5 tax plans for a top producer's practice

By Nick Paleveda MBA J.D. LL.M

National Pension Partners


Today, with only a life insurance license, a top producer can create amazing tax plans for their clients. This blog will explore tax plans every producer should know about and could use in their practice.

1. The max-funded non-MEC UL (or IUL or WL) policy.

This plan can be done for everyone. The producer places the maximum cash amount into a life insurance policy that does not trigger the 7702 MEC rules. Each year, the client funds the policy. When the client goes to retire, tax-free income for life will come out of the plan. Like a Roth IRA, but with guarantees and a death benefit for the survivor.

2. The pension rescue, IRA rescue, or profit sharing rollback

The producer creates a profit sharing plan for the client (assuming they have a business and otherwise qualify). The IRA is rolled back into the profit sharing plan, which then acquires a life insurance policy. After a period of funding the policy, the policy is distributed out of the plan (at a lower value as surrender charges are taken into account) and accumulates tax-free outside of the plan. Generally, at distribution time, the policy values are lower. This low value generates a tax savings at distribution — but wait a minute, didn't the IRS attack these transactions?

Yes, they did, and they lost in tax court! In Schwab v. Commissioner TX Ct. No. 10525-07, the IRS challenged this plan and lost. Next, the IRS lost again on appeal in the 9th Circuit on April 23d 2013, see Schwab v. Commissioner 111 AFTR 2d 2013-667. This is a bitter pill for the IRS to swallow, so look for them to attack this in other jurisdictions. In addition, this plan will not work if the surrender charges are artificial and do not reflect FMV.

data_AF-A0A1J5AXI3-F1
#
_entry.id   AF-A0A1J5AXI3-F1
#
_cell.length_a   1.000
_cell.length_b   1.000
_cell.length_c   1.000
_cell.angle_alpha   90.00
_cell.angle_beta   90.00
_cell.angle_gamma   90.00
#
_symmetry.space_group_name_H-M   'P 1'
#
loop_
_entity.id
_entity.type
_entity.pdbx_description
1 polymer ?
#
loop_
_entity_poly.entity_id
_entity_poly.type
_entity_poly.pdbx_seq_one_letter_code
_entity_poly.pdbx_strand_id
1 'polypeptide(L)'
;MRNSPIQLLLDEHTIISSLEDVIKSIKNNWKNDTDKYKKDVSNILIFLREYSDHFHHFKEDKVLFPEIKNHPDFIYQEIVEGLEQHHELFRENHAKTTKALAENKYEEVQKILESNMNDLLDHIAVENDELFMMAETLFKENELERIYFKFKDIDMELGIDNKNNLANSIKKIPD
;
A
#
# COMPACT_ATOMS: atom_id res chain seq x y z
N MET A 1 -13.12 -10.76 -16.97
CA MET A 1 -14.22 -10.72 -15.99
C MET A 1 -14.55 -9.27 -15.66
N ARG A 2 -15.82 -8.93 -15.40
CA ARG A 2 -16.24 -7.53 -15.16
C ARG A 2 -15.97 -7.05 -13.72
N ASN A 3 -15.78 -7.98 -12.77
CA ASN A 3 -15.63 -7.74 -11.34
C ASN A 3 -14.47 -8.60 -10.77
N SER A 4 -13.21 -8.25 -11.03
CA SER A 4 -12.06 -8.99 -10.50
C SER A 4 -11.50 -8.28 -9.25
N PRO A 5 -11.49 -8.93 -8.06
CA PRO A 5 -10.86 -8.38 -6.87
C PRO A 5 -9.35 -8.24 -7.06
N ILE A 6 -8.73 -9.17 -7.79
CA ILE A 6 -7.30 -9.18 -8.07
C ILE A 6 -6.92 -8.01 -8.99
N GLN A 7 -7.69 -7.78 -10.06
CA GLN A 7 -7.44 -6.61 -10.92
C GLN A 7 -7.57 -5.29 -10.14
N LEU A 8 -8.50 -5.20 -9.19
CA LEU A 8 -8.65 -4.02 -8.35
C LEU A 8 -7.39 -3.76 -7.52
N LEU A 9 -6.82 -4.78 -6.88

3. The Section 79 plan

This allows for group term to be deductible. To allow a 100 percent tax-deductible benefit, the death benefit is limited to $50,000. However, there are creative ways to use a Section 79 plan and you should work with a Section 79 TPA.

4. Pension and profit sharing plans

Pension plans may purchase life insurance up to 100 times the monthly earnings or 50 percent of the contribution, if a whole life policy is in the plan. If the side account is an annuity, the plan may qualify under section 412(e)(3). The contribution amount is actuarially calculated and could be as high as $350,000 a year on a tax-deductible basis. 401(k) plans are limited to $17,500, and profit sharing plans are limited to $51,000.

5. Combination plans

One CPA firm recently advised a client to set up a 401(k)/profit sharing plan with a pension plan and a section 79 plan along with a max-funded non-MEC IUL policy. I think producers should examine the opportunity working with CPA firms. In each of the two cases the CPA firm did this for their clients, they saved $26,000 in taxes and $100,000 in taxes.

Finally, the producer needs to educate himself on these techniques and work with CPA firms and their clients, TPAs for assisting in section 79 and actuarial firms for assisting in pensions.